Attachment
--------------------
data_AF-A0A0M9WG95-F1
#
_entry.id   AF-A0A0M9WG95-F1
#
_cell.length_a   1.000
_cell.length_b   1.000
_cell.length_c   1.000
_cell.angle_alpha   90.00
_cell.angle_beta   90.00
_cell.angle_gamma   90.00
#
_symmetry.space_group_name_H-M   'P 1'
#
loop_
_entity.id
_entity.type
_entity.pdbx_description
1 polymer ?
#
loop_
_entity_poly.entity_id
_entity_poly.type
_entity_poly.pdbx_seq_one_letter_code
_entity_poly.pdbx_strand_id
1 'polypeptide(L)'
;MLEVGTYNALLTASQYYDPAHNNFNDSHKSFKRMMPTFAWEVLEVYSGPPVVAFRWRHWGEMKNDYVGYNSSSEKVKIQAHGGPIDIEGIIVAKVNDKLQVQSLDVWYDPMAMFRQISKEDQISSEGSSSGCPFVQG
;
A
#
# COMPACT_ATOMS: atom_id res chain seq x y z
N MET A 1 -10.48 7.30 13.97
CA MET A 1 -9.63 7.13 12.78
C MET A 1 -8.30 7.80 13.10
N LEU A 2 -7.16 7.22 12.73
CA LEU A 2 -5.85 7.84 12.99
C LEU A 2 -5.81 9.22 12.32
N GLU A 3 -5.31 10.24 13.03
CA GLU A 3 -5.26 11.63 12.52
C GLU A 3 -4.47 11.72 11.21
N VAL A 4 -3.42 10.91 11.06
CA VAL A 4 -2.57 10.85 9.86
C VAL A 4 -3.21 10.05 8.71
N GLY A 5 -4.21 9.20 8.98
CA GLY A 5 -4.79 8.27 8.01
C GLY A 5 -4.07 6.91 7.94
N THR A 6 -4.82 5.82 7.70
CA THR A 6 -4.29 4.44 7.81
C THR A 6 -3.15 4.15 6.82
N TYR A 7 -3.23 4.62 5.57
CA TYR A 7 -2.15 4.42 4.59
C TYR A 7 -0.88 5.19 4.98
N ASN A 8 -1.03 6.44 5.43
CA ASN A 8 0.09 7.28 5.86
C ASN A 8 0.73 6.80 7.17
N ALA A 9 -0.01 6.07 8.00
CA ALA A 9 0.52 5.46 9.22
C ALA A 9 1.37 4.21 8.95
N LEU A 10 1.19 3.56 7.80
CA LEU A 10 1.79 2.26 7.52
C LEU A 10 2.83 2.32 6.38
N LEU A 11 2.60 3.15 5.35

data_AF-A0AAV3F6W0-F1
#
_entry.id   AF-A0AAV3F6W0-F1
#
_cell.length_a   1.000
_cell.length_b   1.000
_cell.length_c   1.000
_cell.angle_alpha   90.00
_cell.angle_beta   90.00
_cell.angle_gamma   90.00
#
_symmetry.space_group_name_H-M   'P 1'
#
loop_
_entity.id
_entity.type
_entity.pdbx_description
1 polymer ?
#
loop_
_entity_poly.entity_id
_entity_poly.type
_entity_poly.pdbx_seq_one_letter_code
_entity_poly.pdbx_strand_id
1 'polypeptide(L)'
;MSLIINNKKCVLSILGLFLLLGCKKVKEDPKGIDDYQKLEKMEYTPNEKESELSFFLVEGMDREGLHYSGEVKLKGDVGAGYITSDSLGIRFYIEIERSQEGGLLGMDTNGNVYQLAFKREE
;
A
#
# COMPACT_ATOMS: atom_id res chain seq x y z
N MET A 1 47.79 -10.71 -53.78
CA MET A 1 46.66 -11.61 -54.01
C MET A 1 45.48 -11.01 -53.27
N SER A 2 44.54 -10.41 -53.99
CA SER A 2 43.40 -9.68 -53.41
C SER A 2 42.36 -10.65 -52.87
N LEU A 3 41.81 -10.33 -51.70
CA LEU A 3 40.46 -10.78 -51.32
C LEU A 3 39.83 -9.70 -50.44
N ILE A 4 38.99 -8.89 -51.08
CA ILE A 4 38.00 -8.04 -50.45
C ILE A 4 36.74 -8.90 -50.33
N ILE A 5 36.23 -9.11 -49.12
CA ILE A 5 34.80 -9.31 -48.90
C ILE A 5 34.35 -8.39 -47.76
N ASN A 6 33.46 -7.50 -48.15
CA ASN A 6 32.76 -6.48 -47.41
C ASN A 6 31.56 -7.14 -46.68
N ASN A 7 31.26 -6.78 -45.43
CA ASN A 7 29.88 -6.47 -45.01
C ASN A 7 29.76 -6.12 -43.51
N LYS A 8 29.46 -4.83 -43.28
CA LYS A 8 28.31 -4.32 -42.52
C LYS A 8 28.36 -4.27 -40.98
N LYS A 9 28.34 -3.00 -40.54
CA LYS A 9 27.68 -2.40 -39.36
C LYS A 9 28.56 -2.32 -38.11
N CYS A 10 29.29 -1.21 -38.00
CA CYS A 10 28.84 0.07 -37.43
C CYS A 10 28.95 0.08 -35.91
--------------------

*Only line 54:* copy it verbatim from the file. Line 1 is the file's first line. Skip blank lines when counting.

C ASN A 8 0.73 6.80 7.17